If the taxpayer receives a DOE home energy rebate (whether at the time of sale or later), the amount of qualified expenditures used to calculate the energy efficient home improvement credit must be reduced by the amount of the rebate. If the taxpayer purchases items eligible for both the DOE home energy rebate and the energy efficient home improvement credit, the taxpayer can make a pro rata allocation of amounts received as rebates to the individually itemized expenditures as a share of total project cost in determining the amounts treated as paid or incurred for such items for purpose of the various limits on costs under the energy efficient home improvement credit.


What Stubborn Inflation Could Mean for the U.S. Economy

The U.S. Bureau of Labor Statistics April 10, 2024 released the Consumer Price Index (CPI) for March, and the increase in CPI — the most cited measure of inflation — was higher than expected. The rate for all items (headline inflation) was 3.5% over the previous year, while the “core CPI” rate, which strips out volatile food and energy prices, was even higher at 3.8%. The month-over-month change was also higher than anticipated at 0.4%.1

The stock market dropped sharply on this news and continued to slide over the following days, while economists engaged in public handwringing over why their projections had been wrong and what the higher numbers might mean for the future path of interest rates. In fact, most projections were off by just 0.1% — core CPI was expected to increase by 3.7% instead of 3.8% — which hardly seems earth-shattering to the casual observer. But this small difference suggested that inflation was proving more resistant to the Federal Reserve’s high interest-rate regimen.2

It’s important to keep in mind that the most dangerous battle against inflation seems to have been won. CPI inflation peaked at 9.1% in June 2022, and there were fears of runaway inflation like the 1980s. That did not happen, and inflation declined steadily through the end of 2023. The issue now is that there has been upward movement during the first three months of 2024.3 This is best seen by looking at the monthly rates, which capture the current situation better than the 12-month rates. March 2024 was the third month in a row of increases that point to higher inflation.

High for longer

While price increases hit consumers directly in the pocketbook, the stock market reacted primarily to what stubborn inflation might mean for the benchmark federal funds rate and U.S. businesses. From March 2022 to July 2023, the Federal Open Market Committee (FOMC) raised the funds rate from near-zero to the current range of 5.25%–5.5%, to slow the economy and hold back inflation. At the end of 2023, with inflation apparently moving firmly toward the Fed’s target of 2%, the FOMC projected three quarter-percentage point decreases in 2024, and some observers expected the first decrease might be this spring. Now it’s clear that the Fed will have to wait to reduce rates.4–5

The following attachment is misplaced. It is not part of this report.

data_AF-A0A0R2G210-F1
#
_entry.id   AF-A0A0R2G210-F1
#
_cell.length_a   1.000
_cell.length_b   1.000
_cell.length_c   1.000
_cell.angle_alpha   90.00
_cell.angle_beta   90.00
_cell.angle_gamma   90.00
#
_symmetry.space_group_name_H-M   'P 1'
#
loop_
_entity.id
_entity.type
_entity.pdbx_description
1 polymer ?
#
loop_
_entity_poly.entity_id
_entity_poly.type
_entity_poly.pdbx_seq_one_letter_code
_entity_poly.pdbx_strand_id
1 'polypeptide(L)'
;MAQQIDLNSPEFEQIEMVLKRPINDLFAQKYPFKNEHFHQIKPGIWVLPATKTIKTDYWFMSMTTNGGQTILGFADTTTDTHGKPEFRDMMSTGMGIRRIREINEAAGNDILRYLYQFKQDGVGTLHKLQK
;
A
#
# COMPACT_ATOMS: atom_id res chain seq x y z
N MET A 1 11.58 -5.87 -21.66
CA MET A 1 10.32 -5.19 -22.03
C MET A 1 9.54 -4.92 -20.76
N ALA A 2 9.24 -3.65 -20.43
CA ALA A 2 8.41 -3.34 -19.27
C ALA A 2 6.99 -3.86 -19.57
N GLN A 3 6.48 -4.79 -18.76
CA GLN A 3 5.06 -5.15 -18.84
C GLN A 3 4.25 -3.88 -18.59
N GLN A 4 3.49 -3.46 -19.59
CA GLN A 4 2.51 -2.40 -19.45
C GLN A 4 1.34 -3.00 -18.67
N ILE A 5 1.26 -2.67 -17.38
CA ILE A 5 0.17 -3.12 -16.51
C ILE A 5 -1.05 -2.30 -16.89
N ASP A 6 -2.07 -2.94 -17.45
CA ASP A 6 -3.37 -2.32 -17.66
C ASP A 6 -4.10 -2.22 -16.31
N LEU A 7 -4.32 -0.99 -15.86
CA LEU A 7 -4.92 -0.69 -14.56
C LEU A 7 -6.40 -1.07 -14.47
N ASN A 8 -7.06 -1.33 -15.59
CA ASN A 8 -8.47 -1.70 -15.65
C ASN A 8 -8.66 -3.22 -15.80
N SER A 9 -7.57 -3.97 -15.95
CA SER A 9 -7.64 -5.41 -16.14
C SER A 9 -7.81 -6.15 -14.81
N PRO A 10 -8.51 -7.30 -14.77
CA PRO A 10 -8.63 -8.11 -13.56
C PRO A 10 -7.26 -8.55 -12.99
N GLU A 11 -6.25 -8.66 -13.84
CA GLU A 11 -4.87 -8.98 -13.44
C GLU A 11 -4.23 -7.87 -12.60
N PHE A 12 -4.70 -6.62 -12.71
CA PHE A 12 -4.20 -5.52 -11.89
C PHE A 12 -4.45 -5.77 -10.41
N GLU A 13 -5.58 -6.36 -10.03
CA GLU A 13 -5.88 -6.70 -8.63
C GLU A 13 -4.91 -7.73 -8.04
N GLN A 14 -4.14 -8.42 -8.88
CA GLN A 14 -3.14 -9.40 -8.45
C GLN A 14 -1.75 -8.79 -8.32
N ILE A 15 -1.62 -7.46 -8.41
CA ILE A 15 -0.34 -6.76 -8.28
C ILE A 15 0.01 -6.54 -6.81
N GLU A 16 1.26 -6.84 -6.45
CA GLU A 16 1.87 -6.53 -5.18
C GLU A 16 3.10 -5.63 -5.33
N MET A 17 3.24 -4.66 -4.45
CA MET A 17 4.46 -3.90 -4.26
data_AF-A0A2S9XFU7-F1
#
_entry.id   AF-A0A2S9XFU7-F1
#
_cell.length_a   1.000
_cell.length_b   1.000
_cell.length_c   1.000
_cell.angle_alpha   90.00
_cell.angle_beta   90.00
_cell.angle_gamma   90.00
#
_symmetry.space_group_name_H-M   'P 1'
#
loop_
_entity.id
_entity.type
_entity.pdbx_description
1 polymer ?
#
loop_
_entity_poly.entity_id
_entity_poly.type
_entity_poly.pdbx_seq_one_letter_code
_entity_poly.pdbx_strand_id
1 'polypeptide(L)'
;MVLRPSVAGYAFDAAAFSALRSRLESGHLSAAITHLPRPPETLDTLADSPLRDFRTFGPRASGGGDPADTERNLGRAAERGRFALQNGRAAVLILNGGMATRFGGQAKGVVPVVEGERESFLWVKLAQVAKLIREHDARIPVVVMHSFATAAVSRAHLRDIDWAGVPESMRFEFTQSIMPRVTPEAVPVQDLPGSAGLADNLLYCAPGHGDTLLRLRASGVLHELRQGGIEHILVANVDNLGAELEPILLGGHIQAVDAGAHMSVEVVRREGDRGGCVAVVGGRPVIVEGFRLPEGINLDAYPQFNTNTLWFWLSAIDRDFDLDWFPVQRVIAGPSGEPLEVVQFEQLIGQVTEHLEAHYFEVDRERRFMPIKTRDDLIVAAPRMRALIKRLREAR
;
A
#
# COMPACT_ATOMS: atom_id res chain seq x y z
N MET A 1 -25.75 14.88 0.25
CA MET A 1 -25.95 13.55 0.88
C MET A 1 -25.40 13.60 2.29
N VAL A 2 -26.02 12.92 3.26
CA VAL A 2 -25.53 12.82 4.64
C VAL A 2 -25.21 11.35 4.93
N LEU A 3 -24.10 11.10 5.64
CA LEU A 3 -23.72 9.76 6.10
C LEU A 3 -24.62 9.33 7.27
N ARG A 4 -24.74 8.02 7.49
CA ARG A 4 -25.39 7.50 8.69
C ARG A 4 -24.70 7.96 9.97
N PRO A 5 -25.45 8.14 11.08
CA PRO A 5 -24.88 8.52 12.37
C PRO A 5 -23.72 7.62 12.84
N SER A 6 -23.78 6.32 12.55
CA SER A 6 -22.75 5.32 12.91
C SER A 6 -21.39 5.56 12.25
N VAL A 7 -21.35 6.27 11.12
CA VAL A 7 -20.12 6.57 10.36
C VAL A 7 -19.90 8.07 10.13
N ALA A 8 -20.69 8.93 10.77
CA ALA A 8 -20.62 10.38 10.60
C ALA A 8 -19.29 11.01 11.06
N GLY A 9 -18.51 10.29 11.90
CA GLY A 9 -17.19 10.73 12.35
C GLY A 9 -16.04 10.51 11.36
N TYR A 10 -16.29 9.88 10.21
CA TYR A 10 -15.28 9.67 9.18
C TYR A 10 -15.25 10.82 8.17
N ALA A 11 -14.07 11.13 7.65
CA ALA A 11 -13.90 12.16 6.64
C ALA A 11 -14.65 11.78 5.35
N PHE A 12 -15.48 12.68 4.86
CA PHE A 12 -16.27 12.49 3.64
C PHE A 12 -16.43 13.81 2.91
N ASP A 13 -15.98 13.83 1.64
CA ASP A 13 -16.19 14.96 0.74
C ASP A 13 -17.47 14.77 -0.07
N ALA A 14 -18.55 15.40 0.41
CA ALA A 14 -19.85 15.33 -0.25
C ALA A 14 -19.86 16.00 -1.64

Higher interest rates make it more expensive for businesses and consumers to borrow. For businesses, this can hold back expansion and cut into profits when revenue is used to service debt. This is especially difficult for smaller companies, which often depend on debt to grow and sustain operations. Tech companies and banks are also sensitive to high rates.6

In theory, high interest rates should hold back consumer spending and help bring prices down by suppressing demand. So far, however, consumer spending has remained strong. In March 2024, personal consumption expenditures — the standard measure of consumer spending — rose at an unusually strong monthly rate of 0.8% in current dollars or 0.5% when adjusted for inflation.7 The job market has also stayed strong, with unemployment below 4% for 26 consecutive months and wages rising steadily.8 The fear of keeping interest rates high for too long is that it could slow the economy too much, but that is clearly not the case, making it difficult for the Fed to justify rate cuts.

What’s driving inflation?

The Consumer Price Index measures price changes in a fixed market basket of goods and services, and some inputs are weighted more heavily than others. The cost of shelter is the largest single category, accounting for about 36% of the index and almost 38% of the March increase in CPI.9 The good news is that measurements of shelter costs — primarily actual rent and estimated rent that homeowners might receive if they rented their homes — tend to lag current price changes, and other measures suggest that rents are leveling or going down.10